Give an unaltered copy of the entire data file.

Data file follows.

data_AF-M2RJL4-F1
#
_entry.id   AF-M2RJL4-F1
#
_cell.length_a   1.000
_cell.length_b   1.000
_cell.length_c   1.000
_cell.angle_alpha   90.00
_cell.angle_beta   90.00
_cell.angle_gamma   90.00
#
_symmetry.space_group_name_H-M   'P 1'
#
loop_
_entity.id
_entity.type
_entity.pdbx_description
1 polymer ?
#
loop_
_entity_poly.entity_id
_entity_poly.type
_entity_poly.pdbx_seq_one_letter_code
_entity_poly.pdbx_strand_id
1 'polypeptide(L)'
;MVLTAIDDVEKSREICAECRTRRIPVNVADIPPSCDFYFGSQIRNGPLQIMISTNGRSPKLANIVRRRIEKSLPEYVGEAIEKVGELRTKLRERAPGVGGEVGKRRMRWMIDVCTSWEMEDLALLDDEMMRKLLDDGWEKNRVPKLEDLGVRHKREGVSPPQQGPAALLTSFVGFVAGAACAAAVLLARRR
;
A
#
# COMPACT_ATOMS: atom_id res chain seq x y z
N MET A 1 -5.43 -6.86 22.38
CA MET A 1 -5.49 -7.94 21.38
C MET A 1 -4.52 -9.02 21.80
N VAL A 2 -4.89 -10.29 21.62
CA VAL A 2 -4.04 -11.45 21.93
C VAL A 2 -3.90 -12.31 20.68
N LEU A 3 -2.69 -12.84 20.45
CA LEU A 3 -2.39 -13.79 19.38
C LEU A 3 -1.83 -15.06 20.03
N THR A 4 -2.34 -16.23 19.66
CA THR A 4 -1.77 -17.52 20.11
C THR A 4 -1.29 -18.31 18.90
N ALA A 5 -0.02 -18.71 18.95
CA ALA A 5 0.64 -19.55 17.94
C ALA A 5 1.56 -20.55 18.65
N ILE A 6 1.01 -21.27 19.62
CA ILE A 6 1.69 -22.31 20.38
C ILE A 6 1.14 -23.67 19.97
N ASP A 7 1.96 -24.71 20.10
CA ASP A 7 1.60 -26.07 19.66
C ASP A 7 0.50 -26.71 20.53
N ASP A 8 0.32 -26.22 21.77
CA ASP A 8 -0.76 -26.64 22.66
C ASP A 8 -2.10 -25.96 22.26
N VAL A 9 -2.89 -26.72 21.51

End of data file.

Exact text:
data_AF-M2RJL4-F1
#
_entry.id   AF-M2RJL4-F1
#
_cell.length_a   1.000
_cell.length_b   1.000
_cell.length_c   1.000
_cell.angle_alpha   90.00
_cell.angle_beta   90.00
_cell.angle_gamma   90.00
#
_symmetry.space_group_name_H-M   'P 1'
#
loop_
_entity.id
_entity.type
_entity.pdbx_description
1 polymer ?
#
loop_
_entity_poly.entity_id
_entity_poly.type
_entity_poly.pdbx_seq_one_letter_code
_entity_poly.pdbx_strand_id
1 'polypeptide(L)'
;MVLTAIDDVEKSREICAECRTRRIPVNVADIPPSCDFYFGSQIRNGPLQIMISTNGRSPKLANIVRRRIEKSLPEYVGEAIEKVGELRTKLRERAPGVGGEVGKRRMRWMIDVCTSWEMEDLALLDDEMMRKLLDDGWEKNRVPKLEDLGVRHKREGVSPPQQGPAALLTSFVGFVAGAACAAAVLLARRR
;
A
#
# COMPACT_ATOMS: atom_id res chain seq x y z
N MET A 1 -5.43 -6.86 22.38
CA MET A 1 -5.49 -7.94 21.38
C MET A 1 -4.52 -9.02 21.80
N VAL A 2 -4.89 -10.29 21.62
CA VAL A 2 -4.04 -11.45 21.93
C VAL A 2 -3.90 -12.31 20.68
N LEU A 3 -2.69 -12.84 20.45
CA LEU A 3 -2.39 -13.79 19.38
C LEU A 3 -1.83 -15.06 20.03
N THR A 4 -2.34 -16.23 19.66
CA THR A 4 -1.77 -17.52 20.11
C THR A 4 -1.29 -18.31 18.90
N ALA A 5 -0.02 -18.71 18.95
CA ALA A 5 0.64 -19.55 17.94
C ALA A 5 1.56 -20.55 18.65
N ILE A 6 1.01 -21.27 19.62
CA ILE A 6 1.69 -22.31 20.38
C ILE A 6 1.14 -23.67 19.97
N ASP A 7 1.96 -24.71 20.10
CA ASP A 7 1.60 -26.07 19.66
C ASP A 7 0.50 -26.71 20.53
N ASP A 8 0.32 -26.22 21.77
CA ASP A 8 -0.76 -26.64 22.66
C ASP A 8 -2.10 -25.96 22.26
N VAL A 9 -2.89 -26.72 21.51